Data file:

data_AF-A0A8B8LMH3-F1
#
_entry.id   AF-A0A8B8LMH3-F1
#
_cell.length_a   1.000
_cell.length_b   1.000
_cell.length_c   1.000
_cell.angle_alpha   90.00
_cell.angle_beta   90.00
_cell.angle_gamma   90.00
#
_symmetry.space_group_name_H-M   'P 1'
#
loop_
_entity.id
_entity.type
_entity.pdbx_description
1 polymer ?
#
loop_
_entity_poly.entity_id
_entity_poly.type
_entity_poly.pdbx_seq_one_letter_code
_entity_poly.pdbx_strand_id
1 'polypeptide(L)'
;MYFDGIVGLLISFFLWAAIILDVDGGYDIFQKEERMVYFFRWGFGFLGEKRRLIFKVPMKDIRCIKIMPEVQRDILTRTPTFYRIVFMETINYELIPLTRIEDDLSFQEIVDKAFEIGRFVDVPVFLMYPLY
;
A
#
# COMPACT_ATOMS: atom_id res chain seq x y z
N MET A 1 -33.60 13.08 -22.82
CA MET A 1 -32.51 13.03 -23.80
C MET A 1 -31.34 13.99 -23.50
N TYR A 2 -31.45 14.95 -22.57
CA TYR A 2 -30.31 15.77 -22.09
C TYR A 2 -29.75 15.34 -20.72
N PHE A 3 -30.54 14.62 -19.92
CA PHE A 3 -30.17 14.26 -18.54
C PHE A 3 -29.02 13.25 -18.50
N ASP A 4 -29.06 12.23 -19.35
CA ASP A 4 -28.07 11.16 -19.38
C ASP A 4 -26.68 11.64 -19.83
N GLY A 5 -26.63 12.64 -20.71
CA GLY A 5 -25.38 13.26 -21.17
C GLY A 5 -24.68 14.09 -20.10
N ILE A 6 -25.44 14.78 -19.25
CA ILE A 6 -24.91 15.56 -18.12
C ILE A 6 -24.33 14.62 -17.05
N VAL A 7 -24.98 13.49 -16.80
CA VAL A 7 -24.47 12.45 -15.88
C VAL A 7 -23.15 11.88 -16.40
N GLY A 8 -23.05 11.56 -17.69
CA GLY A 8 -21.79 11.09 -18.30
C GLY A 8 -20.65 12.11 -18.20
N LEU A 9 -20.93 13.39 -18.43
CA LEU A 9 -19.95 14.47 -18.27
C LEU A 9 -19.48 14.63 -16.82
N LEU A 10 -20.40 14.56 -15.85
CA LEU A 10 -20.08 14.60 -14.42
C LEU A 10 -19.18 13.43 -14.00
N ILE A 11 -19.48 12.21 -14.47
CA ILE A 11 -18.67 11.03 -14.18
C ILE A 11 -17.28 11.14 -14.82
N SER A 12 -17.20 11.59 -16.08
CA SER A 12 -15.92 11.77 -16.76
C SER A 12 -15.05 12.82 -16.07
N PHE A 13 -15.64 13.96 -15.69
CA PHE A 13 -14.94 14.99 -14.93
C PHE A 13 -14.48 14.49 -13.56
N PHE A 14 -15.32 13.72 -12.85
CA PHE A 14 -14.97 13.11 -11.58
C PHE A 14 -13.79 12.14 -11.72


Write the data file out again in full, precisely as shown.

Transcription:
data_AF-A0A8B8LMH3-F1
#
_entry.id   AF-A0A8B8LMH3-F1
#
_cell.length_a   1.000
_cell.length_b   1.000
_cell.length_c   1.000
_cell.angle_alpha   90.00
_cell.angle_beta   90.00
_cell.angle_gamma   90.00
#
_symmetry.space_group_name_H-M   'P 1'
#
loop_
_entity.id
_entity.type
_entity.pdbx_description
1 polymer ?
#
loop_
_entity_poly.entity_id
_entity_poly.type
_entity_poly.pdbx_seq_one_letter_code
_entity_poly.pdbx_strand_id
1 'polypeptide(L)'
;MYFDGIVGLLISFFLWAAIILDVDGGYDIFQKEERMVYFFRWGFGFLGEKRRLIFKVPMKDIRCIKIMPEVQRDILTRTPTFYRIVFMETINYELIPLTRIEDDLSFQEIVDKAFEIGRFVDVPVFLMYPLY
;
A
#
# COMPACT_ATOMS: atom_id res chain seq x y z
N MET A 1 -33.60 13.08 -22.82
CA MET A 1 -32.51 13.03 -23.80
C MET A 1 -31.34 13.99 -23.50
N TYR A 2 -31.45 14.95 -22.57
CA TYR A 2 -30.31 15.77 -22.09
C TYR A 2 -29.75 15.34 -20.72
N PHE A 3 -30.54 14.62 -19.92
CA PHE A 3 -30.17 14.26 -18.54
C PHE A 3 -29.02 13.25 -18.50
N ASP A 4 -29.06 12.23 -19.35
CA ASP A 4 -28.07 11.16 -19.38
C ASP A 4 -26.68 11.64 -19.83
N GLY A 5 -26.63 12.64 -20.71
CA GLY A 5 -25.38 13.26 -21.17
C GLY A 5 -24.68 14.09 -20.10
N ILE A 6 -25.44 14.78 -19.25
CA ILE A 6 -24.91 15.56 -18.12
C ILE A 6 -24.33 14.62 -17.05
N VAL A 7 -24.98 13.49 -16.80
CA VAL A 7 -24.47 12.45 -15.88
C VAL A 7 -23.15 11.88 -16.40
N GLY A 8 -23.05 11.56 -17.69
CA GLY A 8 -21.79 11.09 -18.30
C GLY A 8 -20.65 12.11 -18.20
N LEU A 9 -20.93 13.39 -18.43
CA LEU A 9 -19.95 14.47 -18.27
C LEU A 9 -19.48 14.63 -16.82
N LEU A 10 -20.40 14.56 -15.85
CA LEU A 10 -20.08 14.60 -14.42
C LEU A 10 -19.18 13.43 -14.00
N ILE A 11 -19.48 12.21 -14.47
CA ILE A 11 -18.67 11.03 -14.18
C ILE A 11 -17.28 11.14 -14.82
N SER A 12 -17.20 11.59 -16.08
CA SER A 12 -15.92 11.77 -16.76
C SER A 12 -15.05 12.82 -16.07
N PHE A 13 -15.64 13.96 -15.69
CA PHE A 13 -14.94 14.99 -14.93
C PHE A 13 -14.48 14.49 -13.56
N PHE A 14 -15.32 13.72 -12.85
CA PHE A 14 -14.97 13.11 -11.58
C PHE A 14 -13.79 12.14 -11.72